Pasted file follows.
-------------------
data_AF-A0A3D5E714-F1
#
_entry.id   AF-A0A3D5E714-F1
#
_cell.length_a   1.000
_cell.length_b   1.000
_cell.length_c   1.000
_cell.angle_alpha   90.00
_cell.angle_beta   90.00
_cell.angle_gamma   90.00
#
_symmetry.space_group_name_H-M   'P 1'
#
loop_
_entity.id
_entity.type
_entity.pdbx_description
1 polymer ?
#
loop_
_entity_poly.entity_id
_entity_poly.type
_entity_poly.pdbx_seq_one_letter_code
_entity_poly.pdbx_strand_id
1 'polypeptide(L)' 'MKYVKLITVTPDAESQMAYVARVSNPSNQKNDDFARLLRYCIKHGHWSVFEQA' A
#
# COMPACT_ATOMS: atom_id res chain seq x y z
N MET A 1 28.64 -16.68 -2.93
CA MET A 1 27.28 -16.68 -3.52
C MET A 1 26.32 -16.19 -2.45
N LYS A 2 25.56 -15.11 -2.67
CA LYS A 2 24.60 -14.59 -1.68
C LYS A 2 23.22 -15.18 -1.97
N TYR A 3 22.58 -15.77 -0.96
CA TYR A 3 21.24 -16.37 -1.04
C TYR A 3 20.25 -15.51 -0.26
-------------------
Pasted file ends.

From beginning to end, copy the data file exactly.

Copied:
data_AF-A0A3D5E714-F1
#
_entry.id   AF-A0A3D5E714-F1
#
_cell.length_a   1.000
_cell.length_b   1.000
_cell.length_c   1.000
_cell.angle_alpha   90.00
_cell.angle_beta   90.00
_cell.angle_gamma   90.00
#
_symmetry.space_group_name_H-M   'P 1'
#
loop_
_entity.id
_entity.type
_entity.pdbx_description
1 polymer ?
#
loop_
_entity_poly.entity_id
_entity_poly.type
_entity_poly.pdbx_seq_one_letter_code
_entity_poly.pdbx_strand_id
1 'polypeptide(L)' 'MKYVKLITVTPDAESQMAYVARVSNPSNQKNDDFARLLRYCIKHGHWSVFEQA' A
#
# COMPACT_ATOMS: atom_id res chain seq x y z
N MET A 1 28.64 -16.68 -2.93
CA MET A 1 27.28 -16.68 -3.52
C MET A 1 26.32 -16.19 -2.45
N LYS A 2 25.56 -15.11 -2.67
CA LYS A 2 24.60 -14.59 -1.68
C LYS A 2 23.22 -15.18 -1.97
N TYR A 3 22.58 -15.77 -0.96
CA TYR A 3 21.24 -16.37 -1.04
C TYR A 3 20.25 -15.51 -0.26